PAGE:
With the public markets depressed and potential corporate buyers holding onto their cash, PE funds are well-positioned to be the buyer for any asset that does come up for sale.
Economic challenges for the private equity industry
With broad government-mandated policies related to the covid-19 coming into effect, massive crashes are set to hit the global economy.
The travel & leisure industries have already seen demand plunge, while retail foot traffic is down dramatically and the service industries. Outside of the consumer space, many manufacturers and retailers have seen disruptions to international supply chains. Oil demand had already declined due to Covid-19, but because of this supply shock, prices plunged below $30 to the date.
These forces point toward negative revisions to global corporate earnings expectations. Cash-flow profiles will likely decline as revenues drop.
Exits will inevitably drop, and holding periods for some assets will extend, as sellers sit tight and wait for the markets to recover. But activity may not fall off as steeply as it did in 2008 and 2009.
Cost reductions may mitigate cash-flow declines, but many businesses will find themselves looking for capital to help cover negative cash flow. Moreover, many public companies and various private equity firms have asked their portfolio companies to do the same.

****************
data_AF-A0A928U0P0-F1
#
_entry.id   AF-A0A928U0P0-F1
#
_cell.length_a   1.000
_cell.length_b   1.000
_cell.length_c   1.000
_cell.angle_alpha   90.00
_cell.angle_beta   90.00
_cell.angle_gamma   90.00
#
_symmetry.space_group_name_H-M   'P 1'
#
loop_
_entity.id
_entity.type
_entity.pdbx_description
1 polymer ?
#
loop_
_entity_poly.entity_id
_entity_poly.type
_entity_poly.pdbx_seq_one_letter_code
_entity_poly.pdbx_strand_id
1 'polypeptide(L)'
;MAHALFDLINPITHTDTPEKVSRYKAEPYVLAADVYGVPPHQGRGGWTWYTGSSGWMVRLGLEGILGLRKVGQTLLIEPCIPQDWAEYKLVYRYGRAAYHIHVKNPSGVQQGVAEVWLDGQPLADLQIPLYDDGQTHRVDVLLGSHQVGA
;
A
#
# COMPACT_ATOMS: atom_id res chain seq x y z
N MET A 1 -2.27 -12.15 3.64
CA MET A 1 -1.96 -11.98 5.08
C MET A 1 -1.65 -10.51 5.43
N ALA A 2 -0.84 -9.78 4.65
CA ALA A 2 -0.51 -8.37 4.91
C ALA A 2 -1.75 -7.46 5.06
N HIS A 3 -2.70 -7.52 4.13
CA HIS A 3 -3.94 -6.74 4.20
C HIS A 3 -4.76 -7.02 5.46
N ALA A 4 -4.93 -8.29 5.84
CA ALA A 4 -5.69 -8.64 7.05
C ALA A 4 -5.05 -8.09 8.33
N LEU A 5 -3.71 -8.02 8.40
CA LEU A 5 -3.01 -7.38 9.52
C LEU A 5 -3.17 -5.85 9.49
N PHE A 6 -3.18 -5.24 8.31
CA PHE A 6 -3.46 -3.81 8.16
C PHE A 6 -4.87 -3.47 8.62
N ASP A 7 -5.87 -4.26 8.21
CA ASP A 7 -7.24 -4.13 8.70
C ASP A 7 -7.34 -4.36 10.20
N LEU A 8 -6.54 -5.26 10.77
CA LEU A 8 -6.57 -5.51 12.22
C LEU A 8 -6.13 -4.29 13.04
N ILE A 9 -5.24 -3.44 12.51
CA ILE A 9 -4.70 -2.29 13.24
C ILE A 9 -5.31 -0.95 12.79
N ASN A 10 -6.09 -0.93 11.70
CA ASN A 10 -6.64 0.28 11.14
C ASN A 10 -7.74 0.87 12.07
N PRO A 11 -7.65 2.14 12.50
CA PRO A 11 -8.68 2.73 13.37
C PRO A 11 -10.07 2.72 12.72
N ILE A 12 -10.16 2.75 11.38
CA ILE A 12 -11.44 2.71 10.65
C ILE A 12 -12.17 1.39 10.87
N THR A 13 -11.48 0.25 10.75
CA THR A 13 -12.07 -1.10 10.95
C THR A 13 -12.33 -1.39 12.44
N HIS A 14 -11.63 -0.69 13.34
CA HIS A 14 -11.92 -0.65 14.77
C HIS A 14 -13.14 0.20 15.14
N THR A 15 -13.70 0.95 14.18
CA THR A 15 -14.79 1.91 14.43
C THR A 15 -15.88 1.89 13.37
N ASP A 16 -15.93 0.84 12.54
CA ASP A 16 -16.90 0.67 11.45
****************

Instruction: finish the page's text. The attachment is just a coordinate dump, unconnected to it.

Now, the industry is coming off many consecutive years of strong dealmaking. Meanwhile, GPs are sitting on assets that they would be expected to sell soon in a normal market. They won’t exist if the price isn’t right. But there is reason to believe that as soon as market conditions improve, exits could rebound faster than we saw coming out of the global financial crisis.
At the same time, high-yield bonds have skyrocketed as investors look to sell risk assets with heavy velocity. As of the beginning of March, roughly $860 million in leveraged loans came to market. That is reflecting a decline of more than 99%, according to LCD.
Credit markets creating private debt
Given the fall-off in demand for risk assets, there is a tightening in the credit markets applicable to the upper end on private equity. In times of heavy market distress, it is important to emphasize two central components for valuing a business. Those are free cash flow projections and the weighted average cost of capital. As we see earnings fall and the cost of capital rise, asset prices will decline across the board, hurting exit multiples.
In addition, we think well-funded PE vehicles will be forced to inject more liquidity into portfolio companies. That will reduce the leverage in the LBO market.
Firms may have to underwrite deals to lower return profiles, which might remove a significant portion of viable target companies overnight. That said, certain assets trade at cheaper prices, PE might be able to make transactions work. However, PE will have the intent of re-levering later in the holding period.
In the end, private equity may have more levers to support portfolio companies than ever. That is if we consider the well-capitalized state of current private capital markets. PE firms might also hold on to their most prestigious assets as they look to weather an economic shock and look for multiples to regain steam.